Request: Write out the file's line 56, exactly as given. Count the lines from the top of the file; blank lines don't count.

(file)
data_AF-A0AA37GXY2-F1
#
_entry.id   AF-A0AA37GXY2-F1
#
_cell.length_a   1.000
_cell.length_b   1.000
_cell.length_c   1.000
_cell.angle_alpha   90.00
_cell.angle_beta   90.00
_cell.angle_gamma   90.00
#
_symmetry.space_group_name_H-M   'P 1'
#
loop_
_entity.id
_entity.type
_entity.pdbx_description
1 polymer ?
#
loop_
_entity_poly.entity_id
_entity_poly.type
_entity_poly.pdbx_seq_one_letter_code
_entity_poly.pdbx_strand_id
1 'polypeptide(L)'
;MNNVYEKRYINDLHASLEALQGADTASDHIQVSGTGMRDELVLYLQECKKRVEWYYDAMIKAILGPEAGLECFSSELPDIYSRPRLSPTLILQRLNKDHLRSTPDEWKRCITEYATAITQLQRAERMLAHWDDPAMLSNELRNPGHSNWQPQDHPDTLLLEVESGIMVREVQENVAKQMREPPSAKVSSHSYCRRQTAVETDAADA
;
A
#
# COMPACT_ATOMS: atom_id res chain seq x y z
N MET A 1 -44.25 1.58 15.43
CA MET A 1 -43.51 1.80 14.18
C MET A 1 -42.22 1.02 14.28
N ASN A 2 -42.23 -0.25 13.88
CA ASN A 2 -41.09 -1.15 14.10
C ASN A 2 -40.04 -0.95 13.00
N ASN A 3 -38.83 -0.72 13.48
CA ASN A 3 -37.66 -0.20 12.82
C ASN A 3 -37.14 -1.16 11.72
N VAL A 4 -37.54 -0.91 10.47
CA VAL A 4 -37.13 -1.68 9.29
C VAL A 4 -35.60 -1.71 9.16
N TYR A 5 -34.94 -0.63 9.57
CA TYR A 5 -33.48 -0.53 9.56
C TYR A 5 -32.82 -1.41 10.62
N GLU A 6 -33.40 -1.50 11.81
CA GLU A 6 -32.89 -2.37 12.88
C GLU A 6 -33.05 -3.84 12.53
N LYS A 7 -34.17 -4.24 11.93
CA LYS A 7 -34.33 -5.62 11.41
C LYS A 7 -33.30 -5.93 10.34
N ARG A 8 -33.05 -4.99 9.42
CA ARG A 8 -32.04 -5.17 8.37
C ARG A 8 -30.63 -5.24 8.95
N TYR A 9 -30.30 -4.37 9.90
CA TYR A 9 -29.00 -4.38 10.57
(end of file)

CA TYR A 9 -29.00 -4.38 10.57